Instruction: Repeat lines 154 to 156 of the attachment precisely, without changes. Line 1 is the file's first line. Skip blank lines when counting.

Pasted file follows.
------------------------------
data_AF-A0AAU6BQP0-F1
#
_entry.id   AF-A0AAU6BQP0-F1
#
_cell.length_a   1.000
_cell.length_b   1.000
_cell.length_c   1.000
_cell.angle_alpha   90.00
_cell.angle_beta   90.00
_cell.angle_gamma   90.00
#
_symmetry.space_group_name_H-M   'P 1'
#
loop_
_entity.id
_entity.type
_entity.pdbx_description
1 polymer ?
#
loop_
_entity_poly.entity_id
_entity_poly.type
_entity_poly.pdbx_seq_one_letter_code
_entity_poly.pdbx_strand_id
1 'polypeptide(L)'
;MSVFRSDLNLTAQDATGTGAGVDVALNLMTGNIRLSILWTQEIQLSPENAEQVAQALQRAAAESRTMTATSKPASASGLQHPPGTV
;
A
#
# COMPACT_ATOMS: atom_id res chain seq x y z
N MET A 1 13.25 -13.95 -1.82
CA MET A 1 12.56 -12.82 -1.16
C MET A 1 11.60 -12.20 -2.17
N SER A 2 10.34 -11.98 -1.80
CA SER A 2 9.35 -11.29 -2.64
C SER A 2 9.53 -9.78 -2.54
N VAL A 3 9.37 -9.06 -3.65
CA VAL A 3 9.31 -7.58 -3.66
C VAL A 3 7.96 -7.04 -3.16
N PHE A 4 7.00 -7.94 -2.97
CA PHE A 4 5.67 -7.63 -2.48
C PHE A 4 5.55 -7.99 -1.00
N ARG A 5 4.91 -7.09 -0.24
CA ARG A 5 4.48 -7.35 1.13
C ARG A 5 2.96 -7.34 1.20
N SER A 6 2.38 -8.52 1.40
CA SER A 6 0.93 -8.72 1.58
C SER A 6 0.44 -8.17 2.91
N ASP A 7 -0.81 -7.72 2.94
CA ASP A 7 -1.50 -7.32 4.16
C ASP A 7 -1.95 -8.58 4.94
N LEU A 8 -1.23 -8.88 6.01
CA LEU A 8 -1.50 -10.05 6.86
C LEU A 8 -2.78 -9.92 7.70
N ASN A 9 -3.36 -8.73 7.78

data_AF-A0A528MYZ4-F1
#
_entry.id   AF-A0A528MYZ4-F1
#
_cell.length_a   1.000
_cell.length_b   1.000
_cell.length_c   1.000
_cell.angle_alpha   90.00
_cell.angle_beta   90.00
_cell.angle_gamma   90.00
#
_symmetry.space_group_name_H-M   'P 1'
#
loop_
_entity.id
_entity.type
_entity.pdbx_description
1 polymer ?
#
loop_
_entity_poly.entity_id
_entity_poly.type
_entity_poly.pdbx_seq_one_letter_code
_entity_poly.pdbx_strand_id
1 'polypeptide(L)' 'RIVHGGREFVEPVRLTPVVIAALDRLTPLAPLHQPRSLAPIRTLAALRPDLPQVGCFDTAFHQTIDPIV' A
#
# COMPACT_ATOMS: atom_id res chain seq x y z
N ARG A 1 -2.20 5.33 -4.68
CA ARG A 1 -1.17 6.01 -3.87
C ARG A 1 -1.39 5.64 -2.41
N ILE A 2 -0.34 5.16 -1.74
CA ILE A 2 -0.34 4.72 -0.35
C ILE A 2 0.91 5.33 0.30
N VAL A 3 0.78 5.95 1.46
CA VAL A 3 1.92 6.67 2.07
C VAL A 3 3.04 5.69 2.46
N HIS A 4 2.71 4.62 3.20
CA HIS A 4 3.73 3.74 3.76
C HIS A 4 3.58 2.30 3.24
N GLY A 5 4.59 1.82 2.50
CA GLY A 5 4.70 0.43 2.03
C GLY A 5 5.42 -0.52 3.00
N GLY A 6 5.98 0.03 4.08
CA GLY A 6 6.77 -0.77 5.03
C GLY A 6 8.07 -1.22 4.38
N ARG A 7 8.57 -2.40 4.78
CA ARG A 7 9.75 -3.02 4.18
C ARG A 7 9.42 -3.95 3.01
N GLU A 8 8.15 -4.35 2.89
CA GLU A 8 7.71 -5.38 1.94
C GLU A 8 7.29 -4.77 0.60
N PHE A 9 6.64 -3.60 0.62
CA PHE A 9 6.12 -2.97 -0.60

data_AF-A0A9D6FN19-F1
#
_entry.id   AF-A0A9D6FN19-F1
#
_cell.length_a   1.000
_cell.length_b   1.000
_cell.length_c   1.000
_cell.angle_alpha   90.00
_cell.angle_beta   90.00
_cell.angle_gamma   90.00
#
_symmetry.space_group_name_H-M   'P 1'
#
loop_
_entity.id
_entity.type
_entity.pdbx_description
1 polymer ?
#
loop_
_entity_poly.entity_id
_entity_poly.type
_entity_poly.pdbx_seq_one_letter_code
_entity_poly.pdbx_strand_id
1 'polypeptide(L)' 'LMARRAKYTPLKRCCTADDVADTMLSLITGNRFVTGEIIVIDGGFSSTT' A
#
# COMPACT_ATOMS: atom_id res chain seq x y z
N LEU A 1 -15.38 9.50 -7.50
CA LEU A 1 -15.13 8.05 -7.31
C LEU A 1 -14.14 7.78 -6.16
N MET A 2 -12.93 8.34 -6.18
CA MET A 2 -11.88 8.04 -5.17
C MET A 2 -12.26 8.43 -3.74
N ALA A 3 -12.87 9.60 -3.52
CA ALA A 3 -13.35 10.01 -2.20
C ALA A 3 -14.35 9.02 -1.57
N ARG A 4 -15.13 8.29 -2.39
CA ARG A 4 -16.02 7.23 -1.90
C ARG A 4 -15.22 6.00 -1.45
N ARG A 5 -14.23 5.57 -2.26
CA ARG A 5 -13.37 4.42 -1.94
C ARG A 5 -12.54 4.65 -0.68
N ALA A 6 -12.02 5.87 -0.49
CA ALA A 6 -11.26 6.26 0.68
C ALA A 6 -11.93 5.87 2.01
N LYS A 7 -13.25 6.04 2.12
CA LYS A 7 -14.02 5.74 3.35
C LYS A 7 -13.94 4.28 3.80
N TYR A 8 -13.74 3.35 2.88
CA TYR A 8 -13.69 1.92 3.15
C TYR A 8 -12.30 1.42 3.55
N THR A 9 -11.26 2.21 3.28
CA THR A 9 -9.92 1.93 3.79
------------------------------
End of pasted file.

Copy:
N LYS A 7 -13.25 6.04 2.12
CA LYS A 7 -14.02 5.74 3.35
C LYS A 7 -13.94 4.28 3.80